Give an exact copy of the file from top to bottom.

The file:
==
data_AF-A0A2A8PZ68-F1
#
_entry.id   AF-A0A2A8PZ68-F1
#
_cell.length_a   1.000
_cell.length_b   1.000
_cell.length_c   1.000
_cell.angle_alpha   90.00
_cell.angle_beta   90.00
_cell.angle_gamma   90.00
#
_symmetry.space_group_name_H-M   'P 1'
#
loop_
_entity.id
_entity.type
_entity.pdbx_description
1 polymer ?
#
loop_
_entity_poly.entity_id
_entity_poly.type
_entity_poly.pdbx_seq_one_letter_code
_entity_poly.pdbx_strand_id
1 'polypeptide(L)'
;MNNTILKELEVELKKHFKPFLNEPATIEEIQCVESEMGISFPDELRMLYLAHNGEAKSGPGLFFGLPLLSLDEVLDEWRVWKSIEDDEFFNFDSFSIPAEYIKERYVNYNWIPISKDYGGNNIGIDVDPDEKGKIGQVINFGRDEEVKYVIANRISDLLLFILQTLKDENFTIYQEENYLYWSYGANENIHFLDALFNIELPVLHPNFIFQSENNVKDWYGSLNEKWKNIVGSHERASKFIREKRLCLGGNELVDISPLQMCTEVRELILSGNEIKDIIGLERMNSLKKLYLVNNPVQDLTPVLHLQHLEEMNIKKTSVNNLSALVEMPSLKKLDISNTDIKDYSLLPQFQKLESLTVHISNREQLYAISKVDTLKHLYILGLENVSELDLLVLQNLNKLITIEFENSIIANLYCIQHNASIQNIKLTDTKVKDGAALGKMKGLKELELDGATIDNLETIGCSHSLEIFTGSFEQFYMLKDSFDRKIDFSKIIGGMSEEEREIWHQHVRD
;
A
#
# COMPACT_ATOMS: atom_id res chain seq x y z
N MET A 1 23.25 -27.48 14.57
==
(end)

data_AF-A0A2A8PZ68-F1
#
_entry.id   AF-A0A2A8PZ68-F1
#
_cell.length_a   1.000
_cell.length_b   1.000
_cell.length_c   1.000
_cell.angle_alpha   90.00
_cell.angle_beta   90.00
_cell.angle_gamma   90.00
#
_symmetry.space_group_name_H-M   'P 1'
#
loop_
_entity.id
_entity.type
_entity.pdbx_description
1 polymer ?
#
loop_
_entity_poly.entity_id
_entity_poly.type
_entity_poly.pdbx_seq_one_letter_code
_entity_poly.pdbx_strand_id
1 'polypeptide(L)'
;MNNTILKELEVELKKHFKPFLNEPATIEEIQCVESEMGISFPDELRMLYLAHNGEAKSGPGLFFGLPLLSLDEVLDEWRVWKSIEDDEFFNFDSFSIPAEYIKERYVNYNWIPISKDYGGNNIGIDVDPDEKGKIGQVINFGRDEEVKYVIANRISDLLLFILQTLKDENFTIYQEENYLYWSYGANENIHFLDALFNIELPVLHPNFIFQSENNVKDWYGSLNEKWKNIVGSHERASKFIREKRLCLGGNELVDISPLQMCTEVRELILSGNEIKDIIGLERMNSLKKLYLVNNPVQDLTPVLHLQHLEEMNIKKTSVNNLSALVEMPSLKKLDISNTDIKDYSLLPQFQKLESLTVHISNREQLYAISKVDTLKHLYILGLENVSELDLLVLQNLNKLITIEFENSIIANLYCIQHNASIQNIKLTDTKVKDGAALGKMKGLKELELDGATIDNLETIGCSHSLEIFTGSFEQFYMLKDSFDRKIDFSKIIGGMSEEEREIWHQHVRD
;
A
#
# COMPACT_ATOMS: atom_id res chain seq x y z
N MET A 1 23.25 -27.48 14.57